The most popular place in this historical complex is the Gal Vihara or rock temple of the Buddha. The statue shows the last moments of Buddha’s life before he entered Nirvana. Because Buddha reached enlightment in this life, he escaped samsara – the circle of life, which consists of the life-death-rebirth cycle.

This is another one of four different images of Buddha carved in the rock. They were built in 1153-1186 by king Parakramabahu.

I found some interesting information about monks. The owner of my hotel in Kandy had the biggest rice cooker I have ever seen and also a huge metal pot. He and his wife helped the local temple with cooking rice for festivals and dyeing robes for the monks. When I asked about the big pot, he told me a story. “In the past,  the dead bodies were wrapped into white cloth and taken to the resting place. The body was unwrapped and the clothes discharged into a pile nearby. Due to post-mortem biological processes, the cloth was often stained with blood and body fluids, so nobody wanted it. The monks would come at night and pick up those rugs. They would cut them into small pieces, stitch those them back together and boil the cloth with natural dyes. As a result the monks would have orange, brown or green robe, which could be of use only to cover their bodies. Nobody in their right mind would steal or want those rugs. As the whole existence of monks is to serve God and not to be distracted by any desires, the purpose was served: monks would wear rugs and they didn’t cause any desires. And the pot is to dye their robes.”

This small panel with a carving of an elephant was a wall decoration. I found it very strange that the brick wall was totally covered with moss, but the panel was clean. Maybe it was washed prior or covered with some special protective spray, but I doubt it.

This is Kumara Pokuna – royal baths made out of granite slabs. This water tank was built inside the Palace Complex and consisted of two pools. It’s a very advanced system of underground wells and pipes with water filters and was installed to provide the desired relief in the hot climate.

As soon as I appeared from around the corner this man offered me to have a look at a dancing cobra. Without waiting for an answer, he opened a flat basket and started waiving his hands. A small angry snake jumped into action. The next moment he offered me to touch the python. All that time he repeated that it was a free show.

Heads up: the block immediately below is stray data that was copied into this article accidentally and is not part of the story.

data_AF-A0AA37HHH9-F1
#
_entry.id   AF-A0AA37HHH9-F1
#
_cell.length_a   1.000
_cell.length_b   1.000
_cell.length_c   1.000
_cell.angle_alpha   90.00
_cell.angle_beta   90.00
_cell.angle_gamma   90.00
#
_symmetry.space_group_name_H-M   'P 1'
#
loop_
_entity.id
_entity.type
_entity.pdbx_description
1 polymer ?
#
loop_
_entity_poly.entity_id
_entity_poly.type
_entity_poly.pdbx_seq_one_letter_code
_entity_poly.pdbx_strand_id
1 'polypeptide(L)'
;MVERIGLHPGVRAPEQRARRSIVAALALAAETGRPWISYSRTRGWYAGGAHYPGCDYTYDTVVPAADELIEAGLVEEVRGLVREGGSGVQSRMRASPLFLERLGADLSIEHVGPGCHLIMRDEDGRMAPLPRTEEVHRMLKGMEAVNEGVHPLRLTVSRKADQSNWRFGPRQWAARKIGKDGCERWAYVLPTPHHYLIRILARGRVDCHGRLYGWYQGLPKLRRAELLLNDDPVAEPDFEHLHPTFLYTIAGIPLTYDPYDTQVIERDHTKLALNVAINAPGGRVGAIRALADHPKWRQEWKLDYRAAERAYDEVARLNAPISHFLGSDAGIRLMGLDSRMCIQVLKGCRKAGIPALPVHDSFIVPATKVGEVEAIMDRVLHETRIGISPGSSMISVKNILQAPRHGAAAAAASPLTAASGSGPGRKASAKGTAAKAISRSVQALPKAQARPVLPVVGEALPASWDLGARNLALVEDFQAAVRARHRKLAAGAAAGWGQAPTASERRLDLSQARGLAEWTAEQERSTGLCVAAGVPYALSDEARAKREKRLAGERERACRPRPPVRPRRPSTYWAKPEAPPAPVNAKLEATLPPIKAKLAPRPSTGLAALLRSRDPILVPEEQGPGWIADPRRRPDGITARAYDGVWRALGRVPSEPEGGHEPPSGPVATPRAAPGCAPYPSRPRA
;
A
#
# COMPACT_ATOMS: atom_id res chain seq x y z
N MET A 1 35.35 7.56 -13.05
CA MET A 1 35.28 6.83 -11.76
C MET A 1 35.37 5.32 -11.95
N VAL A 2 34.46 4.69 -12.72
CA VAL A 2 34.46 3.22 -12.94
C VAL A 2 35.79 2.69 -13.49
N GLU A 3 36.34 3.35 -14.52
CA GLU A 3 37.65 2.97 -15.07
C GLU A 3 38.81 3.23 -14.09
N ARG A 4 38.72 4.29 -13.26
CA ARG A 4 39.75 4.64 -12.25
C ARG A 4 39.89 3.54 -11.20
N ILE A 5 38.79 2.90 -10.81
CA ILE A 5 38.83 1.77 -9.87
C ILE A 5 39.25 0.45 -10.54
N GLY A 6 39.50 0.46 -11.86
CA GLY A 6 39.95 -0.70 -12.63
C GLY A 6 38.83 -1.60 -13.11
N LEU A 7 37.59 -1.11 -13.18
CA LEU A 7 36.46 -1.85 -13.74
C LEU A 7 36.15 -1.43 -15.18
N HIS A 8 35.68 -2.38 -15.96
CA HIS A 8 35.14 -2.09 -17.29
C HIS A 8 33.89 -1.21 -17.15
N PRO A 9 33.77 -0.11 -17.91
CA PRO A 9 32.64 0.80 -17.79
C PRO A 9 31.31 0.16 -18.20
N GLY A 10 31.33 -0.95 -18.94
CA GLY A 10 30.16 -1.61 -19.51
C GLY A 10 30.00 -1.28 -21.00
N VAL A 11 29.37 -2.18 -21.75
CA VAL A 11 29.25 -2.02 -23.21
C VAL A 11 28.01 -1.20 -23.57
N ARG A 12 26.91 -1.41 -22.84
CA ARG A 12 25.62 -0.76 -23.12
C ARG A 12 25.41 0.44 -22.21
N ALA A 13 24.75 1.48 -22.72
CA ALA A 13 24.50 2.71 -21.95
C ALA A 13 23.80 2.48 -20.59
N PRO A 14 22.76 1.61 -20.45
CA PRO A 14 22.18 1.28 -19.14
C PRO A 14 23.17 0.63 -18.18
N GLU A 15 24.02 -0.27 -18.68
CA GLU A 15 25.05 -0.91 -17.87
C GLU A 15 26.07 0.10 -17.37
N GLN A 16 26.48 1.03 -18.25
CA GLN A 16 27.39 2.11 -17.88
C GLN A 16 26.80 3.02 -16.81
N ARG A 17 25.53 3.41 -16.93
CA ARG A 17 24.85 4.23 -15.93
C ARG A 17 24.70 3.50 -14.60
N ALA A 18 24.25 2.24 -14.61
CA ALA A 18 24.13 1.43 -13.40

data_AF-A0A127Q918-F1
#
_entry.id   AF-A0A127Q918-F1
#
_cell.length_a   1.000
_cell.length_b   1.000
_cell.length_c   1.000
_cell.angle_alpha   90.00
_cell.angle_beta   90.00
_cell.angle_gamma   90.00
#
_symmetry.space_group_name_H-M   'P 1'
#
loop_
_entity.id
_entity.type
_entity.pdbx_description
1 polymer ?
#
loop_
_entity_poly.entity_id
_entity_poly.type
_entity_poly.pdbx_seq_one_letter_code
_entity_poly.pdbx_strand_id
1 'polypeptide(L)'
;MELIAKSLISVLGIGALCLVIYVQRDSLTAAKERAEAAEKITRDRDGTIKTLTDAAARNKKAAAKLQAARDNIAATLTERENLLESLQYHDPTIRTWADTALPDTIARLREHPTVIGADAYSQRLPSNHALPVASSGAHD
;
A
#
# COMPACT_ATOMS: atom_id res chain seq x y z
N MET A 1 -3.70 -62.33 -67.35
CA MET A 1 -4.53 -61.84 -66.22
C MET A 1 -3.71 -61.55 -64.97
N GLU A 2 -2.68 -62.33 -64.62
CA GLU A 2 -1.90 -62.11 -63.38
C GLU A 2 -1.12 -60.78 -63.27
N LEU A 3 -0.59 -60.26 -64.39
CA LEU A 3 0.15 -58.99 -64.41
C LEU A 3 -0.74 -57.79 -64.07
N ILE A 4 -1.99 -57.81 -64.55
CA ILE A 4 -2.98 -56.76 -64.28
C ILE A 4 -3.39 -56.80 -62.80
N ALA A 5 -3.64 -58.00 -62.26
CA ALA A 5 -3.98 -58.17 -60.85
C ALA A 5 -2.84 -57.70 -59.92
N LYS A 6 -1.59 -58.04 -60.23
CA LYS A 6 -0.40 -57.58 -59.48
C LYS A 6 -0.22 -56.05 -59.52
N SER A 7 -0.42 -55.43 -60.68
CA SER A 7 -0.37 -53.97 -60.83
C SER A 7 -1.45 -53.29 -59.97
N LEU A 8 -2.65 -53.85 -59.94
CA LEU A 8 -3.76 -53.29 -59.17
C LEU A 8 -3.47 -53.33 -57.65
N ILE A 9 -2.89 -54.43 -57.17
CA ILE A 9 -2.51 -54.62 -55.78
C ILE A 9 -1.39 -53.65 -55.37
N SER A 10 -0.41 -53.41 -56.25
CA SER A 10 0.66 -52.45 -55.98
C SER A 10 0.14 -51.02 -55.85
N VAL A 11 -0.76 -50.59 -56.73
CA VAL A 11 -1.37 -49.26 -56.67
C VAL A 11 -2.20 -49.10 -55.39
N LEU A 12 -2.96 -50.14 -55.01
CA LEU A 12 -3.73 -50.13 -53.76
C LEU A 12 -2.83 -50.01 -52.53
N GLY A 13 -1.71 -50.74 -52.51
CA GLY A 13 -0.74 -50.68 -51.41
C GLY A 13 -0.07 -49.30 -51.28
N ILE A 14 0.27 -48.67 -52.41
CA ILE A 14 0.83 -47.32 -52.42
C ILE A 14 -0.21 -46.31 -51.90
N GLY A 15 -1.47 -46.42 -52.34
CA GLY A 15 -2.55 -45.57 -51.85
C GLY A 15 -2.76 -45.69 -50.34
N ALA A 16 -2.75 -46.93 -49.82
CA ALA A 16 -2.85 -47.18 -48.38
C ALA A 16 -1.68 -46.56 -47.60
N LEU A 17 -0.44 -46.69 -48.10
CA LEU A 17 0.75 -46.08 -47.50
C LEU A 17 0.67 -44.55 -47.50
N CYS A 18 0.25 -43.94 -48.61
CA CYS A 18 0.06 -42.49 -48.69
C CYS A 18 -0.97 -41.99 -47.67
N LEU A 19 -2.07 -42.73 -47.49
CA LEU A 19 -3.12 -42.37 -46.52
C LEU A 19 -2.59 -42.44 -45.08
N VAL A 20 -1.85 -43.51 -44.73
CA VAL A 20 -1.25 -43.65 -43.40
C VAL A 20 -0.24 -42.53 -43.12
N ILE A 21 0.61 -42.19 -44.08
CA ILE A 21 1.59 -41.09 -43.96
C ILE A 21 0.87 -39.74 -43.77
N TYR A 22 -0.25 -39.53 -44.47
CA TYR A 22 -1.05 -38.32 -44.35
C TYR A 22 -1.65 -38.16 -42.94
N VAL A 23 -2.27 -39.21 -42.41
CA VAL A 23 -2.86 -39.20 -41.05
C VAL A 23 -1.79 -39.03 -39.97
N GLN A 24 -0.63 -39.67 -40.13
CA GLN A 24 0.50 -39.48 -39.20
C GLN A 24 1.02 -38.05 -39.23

Of course I refused to touch the python and was very worried about the cobra. The man happily told me that he pulled out the fangs from the cobra, so it was totally harmless. That fact made me incredibly angry, because the poor cobra must have suffered so much. Furious, I turned around and started to leave. This man got upset and demanded 500 rupees. A few more young men came to us. Luckily, it was not my first time in Asia and generally I am not easily scared. I walked away, while he was screaming something. Probably he cursed me, but since I did not understand it, the curse was not going to affect me.

In a different complex I found a very strange construction. The guidebook confirmed my suspicions that it was a septic system. This one was a toilet for one person (the surrounding walls collapsed already), but nearby was a public toilet, where many monks could “participate” in this private activity together.

In front of all the temples there was a beautifully carved semi-circular granite slab. It is called moonstone. This tradition came from India at the same time with Buddhism. It is usually either totally flat or forms the first flight of stairs. Lotus flowers, birds, elephants, leaves and buds were very common and signified fertility and growth.

This temple is presumably the oldest building in the sacred Quadrangle. The evidence suggests that this was the Temple of the Tooth built in 1055-1110. Originally it was a two-storey building. The second storey was made from wood and it totally deteriorated and collapsed. But the granite foundation and the walls are still standing. At this place, for the first time in my life I felt the presence of some sort of energy. I actually had an urge to come to the wall and lean against it with my eyes closed. It was such an amazing feeling.

This is it. Buddha left….